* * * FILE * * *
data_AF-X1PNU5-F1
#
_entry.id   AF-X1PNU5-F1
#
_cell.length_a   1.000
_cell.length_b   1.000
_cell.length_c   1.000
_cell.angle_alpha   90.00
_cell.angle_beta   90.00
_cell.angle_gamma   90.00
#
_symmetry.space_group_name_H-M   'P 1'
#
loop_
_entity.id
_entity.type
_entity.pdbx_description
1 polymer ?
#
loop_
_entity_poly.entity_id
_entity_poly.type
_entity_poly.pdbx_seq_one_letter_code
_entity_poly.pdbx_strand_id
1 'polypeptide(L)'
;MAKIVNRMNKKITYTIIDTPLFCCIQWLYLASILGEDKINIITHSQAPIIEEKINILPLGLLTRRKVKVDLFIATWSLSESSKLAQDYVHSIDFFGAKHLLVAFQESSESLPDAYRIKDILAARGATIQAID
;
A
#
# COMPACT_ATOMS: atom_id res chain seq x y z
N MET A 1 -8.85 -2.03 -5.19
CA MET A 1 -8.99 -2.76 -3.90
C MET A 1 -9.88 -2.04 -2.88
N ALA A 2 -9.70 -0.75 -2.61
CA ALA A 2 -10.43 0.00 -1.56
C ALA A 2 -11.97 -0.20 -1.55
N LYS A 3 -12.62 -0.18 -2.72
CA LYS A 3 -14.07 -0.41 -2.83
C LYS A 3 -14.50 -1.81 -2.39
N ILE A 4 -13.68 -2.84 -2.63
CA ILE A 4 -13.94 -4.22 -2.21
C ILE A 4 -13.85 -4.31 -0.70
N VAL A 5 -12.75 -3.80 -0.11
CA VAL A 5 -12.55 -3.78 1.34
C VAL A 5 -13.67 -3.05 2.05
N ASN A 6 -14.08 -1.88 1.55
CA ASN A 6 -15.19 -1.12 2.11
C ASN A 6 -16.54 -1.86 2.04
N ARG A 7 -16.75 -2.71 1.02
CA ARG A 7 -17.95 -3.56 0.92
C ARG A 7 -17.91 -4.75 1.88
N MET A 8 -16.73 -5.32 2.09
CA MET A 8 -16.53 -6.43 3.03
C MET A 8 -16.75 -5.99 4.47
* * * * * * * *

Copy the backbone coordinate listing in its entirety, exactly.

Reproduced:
data_AF-X1PNU5-F1
#
_entry.id   AF-X1PNU5-F1
#
_cell.length_a   1.000
_cell.length_b   1.000
_cell.length_c   1.000
_cell.angle_alpha   90.00
_cell.angle_beta   90.00
_cell.angle_gamma   90.00
#
_symmetry.space_group_name_H-M   'P 1'
#
loop_
_entity.id
_entity.type
_entity.pdbx_description
1 polymer ?
#
loop_
_entity_poly.entity_id
_entity_poly.type
_entity_poly.pdbx_seq_one_letter_code
_entity_poly.pdbx_strand_id
1 'polypeptide(L)'
;MAKIVNRMNKKITYTIIDTPLFCCIQWLYLASILGEDKINIITHSQAPIIEEKINILPLGLLTRRKVKVDLFIATWSLSESSKLAQDYVHSIDFFGAKHLLVAFQESSESLPDAYRIKDILAARGATIQAID
;
A
#
# COMPACT_ATOMS: atom_id res chain seq x y z
N MET A 1 -8.85 -2.03 -5.19
CA MET A 1 -8.99 -2.76 -3.90
C MET A 1 -9.88 -2.04 -2.88
N ALA A 2 -9.70 -0.75 -2.61
CA ALA A 2 -10.43 0.00 -1.56
C ALA A 2 -11.97 -0.20 -1.55
N LYS A 3 -12.62 -0.18 -2.72
CA LYS A 3 -14.07 -0.41 -2.83
C LYS A 3 -14.50 -1.81 -2.39
N ILE A 4 -13.68 -2.84 -2.63
CA ILE A 4 -13.94 -4.22 -2.21
C ILE A 4 -13.85 -4.31 -0.70
N VAL A 5 -12.75 -3.80 -0.11
CA VAL A 5 -12.55 -3.78 1.34
C VAL A 5 -13.67 -3.05 2.05
N ASN A 6 -14.08 -1.88 1.55
CA ASN A 6 -15.19 -1.12 2.11
C ASN A 6 -16.54 -1.86 2.04
N ARG A 7 -16.75 -2.71 1.02
CA ARG A 7 -17.95 -3.56 0.92
C ARG A 7 -17.91 -4.75 1.88
N MET A 8 -16.73 -5.32 2.09
CA MET A 8 -16.53 -6.43 3.03
C MET A 8 -16.75 -5.99 4.47